Third, I’m going to see my new therapist twice a week, at least for the next few months. It’s expensive but likely still cheaper than my alternatives. Plus she’s been great so far. There is a lot of talking and some crying (as per my usual therapy sessions) but there is also really helpful instruction, practice and homework, all intended to facilitate my learning of new, healthier ways to manage my anxiety and be more present in each moment. No spiraling back into past mistakes or forward into potential difficulties. 

My favorite exercise so far has been learning to identify what is real (to me) but not true. My anxiety, fear, and feelings of inadequacy and inevitable failure as a mother are absolutely real, but they are not true. I am a good mom. Not everyday in every possible way but overall I’m handling this incredibly intense, exhausting, exhilarating, terrifying, joyful, confusing, uncharted experience of raising my three children with patience and humor and more love than I ever imagined myself capable of. 

Also real but not true: 

  • Henry feels abandoned or like I love him less because I often prioritize the babies’ needs over his requests. (This feels particularly real because he basically tells me this is the case whenever I won’t do what he wants when he wants me to. Three-year-old’s manipulation game is on point).
  • Because of my past transgressions, I am not a fit mother. A responsible, devoted mom would never have done the things I did. I don’t deserve to be happy or content in my family life.
  • I’m the one keeping all the balls in the air; if I slow down or let go of any one thing, everything will fall apart. 
  • I can’t do all the things that need to be done, today and forever, to take good care of my family. It’s too much for me.
  • I will always feel this way (scared/sad/anxious/ashamed) everyday for the rest of my life; I will always wake up with a sense of fear or dread, never with a sense of calm or happy anticipation 
  • Parenting will always be easier for my husband; he will push me to do things that are truly fun and I will be miserable because of my need to plan and control;
  • My anxiety is getting worse, spilling over from parenting to all aspects of my life; I am losing confidence at work; I can’t make any decisions; I’m unraveling.

Just reviewing this list (originally prepared for my therapist) makes me weepy and yet I know, in my heart if not my head, that none of these things are true. They seem real because my mind sometimes thinks they are, but they are just thoughts, nasty, self-punishing thoughts. I don’t know why I think these things and, frankly, I am not sure it matters all that much. What matters is that I can recognize them for what they are and then let them go because they are not helpful.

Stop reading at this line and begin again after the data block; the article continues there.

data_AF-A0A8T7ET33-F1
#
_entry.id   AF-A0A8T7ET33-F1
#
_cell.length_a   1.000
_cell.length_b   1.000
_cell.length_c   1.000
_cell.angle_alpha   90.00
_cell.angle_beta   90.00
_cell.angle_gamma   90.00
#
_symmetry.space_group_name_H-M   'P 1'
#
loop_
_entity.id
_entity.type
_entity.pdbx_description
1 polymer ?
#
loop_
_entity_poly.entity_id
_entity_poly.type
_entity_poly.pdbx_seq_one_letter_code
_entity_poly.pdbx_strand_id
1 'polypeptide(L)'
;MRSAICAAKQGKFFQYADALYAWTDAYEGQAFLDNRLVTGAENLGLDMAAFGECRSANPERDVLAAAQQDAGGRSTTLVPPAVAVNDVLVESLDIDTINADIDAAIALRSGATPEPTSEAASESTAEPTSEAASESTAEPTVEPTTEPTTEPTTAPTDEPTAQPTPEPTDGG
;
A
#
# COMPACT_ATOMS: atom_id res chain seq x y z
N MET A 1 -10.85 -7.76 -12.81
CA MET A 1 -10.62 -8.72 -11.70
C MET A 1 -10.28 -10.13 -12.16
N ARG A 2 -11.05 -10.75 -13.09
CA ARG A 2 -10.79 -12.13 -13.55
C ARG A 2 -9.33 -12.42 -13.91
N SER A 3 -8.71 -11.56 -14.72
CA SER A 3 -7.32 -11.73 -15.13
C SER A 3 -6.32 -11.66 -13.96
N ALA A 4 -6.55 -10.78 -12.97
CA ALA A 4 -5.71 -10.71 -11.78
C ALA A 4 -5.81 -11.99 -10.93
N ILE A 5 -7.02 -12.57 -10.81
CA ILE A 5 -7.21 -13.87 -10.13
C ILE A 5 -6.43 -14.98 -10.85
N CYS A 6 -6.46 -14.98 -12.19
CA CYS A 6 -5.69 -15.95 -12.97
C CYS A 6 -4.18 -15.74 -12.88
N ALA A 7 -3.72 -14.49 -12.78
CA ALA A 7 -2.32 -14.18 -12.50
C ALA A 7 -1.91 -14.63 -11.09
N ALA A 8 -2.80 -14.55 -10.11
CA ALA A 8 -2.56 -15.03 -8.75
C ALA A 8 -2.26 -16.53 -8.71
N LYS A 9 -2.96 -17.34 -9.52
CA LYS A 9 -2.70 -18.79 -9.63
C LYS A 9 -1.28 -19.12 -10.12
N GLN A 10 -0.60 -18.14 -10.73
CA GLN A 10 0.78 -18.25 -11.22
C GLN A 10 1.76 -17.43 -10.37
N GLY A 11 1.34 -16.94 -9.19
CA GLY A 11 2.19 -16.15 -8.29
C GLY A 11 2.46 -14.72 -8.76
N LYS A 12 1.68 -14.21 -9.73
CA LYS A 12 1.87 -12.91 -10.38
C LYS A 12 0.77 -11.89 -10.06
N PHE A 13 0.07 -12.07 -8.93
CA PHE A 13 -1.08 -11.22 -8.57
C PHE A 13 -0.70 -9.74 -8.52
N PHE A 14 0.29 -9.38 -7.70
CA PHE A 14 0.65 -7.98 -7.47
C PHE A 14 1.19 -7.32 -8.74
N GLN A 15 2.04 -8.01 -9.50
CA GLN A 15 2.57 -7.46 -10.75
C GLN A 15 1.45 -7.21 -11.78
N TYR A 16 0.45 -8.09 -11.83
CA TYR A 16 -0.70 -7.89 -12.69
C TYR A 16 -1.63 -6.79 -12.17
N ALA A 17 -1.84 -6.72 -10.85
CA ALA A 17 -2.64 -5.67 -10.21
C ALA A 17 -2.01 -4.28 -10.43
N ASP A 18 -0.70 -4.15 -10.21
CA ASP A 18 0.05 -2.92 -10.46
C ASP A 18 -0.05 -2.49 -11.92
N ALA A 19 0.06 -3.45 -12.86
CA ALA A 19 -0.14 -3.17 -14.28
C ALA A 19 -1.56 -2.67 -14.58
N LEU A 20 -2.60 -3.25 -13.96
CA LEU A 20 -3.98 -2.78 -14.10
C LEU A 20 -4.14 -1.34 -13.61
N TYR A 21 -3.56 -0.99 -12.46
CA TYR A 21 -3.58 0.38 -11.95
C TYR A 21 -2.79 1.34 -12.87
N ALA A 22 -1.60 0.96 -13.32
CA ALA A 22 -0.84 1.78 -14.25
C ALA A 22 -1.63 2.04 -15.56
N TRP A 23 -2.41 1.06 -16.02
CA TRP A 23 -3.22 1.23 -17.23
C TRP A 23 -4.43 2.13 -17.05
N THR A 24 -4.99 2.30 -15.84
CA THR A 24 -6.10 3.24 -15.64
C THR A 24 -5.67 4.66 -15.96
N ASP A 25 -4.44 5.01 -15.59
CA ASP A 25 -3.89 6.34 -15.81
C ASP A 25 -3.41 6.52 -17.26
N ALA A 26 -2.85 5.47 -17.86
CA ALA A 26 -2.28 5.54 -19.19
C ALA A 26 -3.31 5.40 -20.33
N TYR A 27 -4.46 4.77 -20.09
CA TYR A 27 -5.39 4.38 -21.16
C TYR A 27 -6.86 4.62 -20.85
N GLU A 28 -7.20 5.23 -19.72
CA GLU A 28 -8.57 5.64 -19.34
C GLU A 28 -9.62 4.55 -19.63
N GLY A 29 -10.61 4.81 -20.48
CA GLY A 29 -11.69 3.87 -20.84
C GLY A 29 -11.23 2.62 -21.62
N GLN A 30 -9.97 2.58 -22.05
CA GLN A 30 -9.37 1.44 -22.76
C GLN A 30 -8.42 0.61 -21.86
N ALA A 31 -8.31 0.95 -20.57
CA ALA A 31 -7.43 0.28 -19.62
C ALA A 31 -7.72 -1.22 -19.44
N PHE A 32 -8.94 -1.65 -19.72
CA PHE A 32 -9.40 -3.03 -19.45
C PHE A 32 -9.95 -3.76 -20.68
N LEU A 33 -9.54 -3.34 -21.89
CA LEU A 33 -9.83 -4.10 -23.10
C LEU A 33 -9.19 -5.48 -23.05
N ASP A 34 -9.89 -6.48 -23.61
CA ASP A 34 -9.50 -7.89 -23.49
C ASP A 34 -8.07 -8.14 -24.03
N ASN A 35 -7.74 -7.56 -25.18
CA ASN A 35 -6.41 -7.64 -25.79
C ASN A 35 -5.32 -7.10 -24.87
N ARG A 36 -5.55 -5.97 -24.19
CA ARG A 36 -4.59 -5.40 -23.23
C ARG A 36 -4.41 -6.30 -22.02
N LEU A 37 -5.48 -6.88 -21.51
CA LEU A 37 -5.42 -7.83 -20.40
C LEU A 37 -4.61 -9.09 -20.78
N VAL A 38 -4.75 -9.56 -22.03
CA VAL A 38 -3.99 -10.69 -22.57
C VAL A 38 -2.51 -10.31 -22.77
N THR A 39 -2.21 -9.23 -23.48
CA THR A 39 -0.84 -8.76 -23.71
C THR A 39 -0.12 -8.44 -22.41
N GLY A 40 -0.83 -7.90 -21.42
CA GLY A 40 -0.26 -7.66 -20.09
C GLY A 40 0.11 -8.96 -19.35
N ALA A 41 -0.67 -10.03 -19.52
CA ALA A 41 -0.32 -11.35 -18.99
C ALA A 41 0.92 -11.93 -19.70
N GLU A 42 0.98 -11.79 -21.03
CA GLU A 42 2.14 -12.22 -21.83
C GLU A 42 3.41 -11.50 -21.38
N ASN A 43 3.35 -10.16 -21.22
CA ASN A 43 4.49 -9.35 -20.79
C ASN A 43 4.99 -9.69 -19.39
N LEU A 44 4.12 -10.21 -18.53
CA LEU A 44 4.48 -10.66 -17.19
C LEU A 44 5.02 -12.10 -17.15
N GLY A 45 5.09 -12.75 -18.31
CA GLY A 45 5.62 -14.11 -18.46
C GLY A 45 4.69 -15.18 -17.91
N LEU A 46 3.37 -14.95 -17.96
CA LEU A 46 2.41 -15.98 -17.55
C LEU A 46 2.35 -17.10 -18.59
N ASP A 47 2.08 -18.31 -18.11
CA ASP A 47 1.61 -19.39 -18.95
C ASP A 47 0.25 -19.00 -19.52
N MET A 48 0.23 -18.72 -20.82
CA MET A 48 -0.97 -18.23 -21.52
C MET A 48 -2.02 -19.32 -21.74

I may not ever be totally rid of the nasty voice in my head that regularly recites all of the things I have ever done that I am ashamed of, like some perverse greatest hits album. But I can know it for what it is: something that sounds and feels very real but is not true. 

Same but different

I’m switching therapists again. And going back to my old doc for med management. 

I took the babies to Idaho last weekend to (finally) meet my dad, who has been in and out of the hospital since this past fall. It was a very quick, logistically difficult trip (nothing is easy with newly mobile twin infants but plane travel is hellish). Our au pair came with me, thank god. And it was wonderful to see my family and have my dad meet grandkids 5 and 6.

Re-entry was chaotic Sunday and Monday but now it’s Tuesday and I’m realizing that, although in many ways I feel the same (anxious, sad, overwhelmed), I also feel a bit different. 

I’m really excited about my new therapist (first full session tomorrow night) and I’m glad to be back with my old doc for med management. She’s lovely and responsive and really wants to help me figure out how to feel better (to the extent meds can help with that). 

More importantly, I have taken time and been brave and really talked with my husband, my parents, and my best girls, about how low I have been and what I have done there. No more secret shameful things that no one knows about. It’s out and I’m still here and they all still love me. That is a gift and I am so thankful.

Through these same talks, and also a lot of internal dialogue and scribbling, I feel a great deal closer to identifying at least some of the things I can do to feel better, not everyday better, but more good days than bad sort of better.

I am a working mother of three small children. Being anxious is not abnormal and isn’t going to go away. I’ve also suffered from depression for a long time. That too is unlikely to change. But I can change. I can change what I say to myself in my head, what I do to care for myself, how open I am with others when I feel hurt and angry, how often I ask for help. I can tell my anxious, sad, OCD mind that it can stay, but it can’t be in charge anymore.

I can learn (hopefully) to get out of my head and just be in my life; even when it hurts, especially when it does. I can push through it. I have no doubt that if things were to continue as they have been going, my mind would likely kill my body eventually. I won’t let that happen. 

Taking different meds and going to therapy won’t change who I am, but hopefully they can help me to be and feel different enough that whatever has been going on the past nearly ten months will no longer be my every day. I will try and keep trying. This is a fight I can’t afford to lose.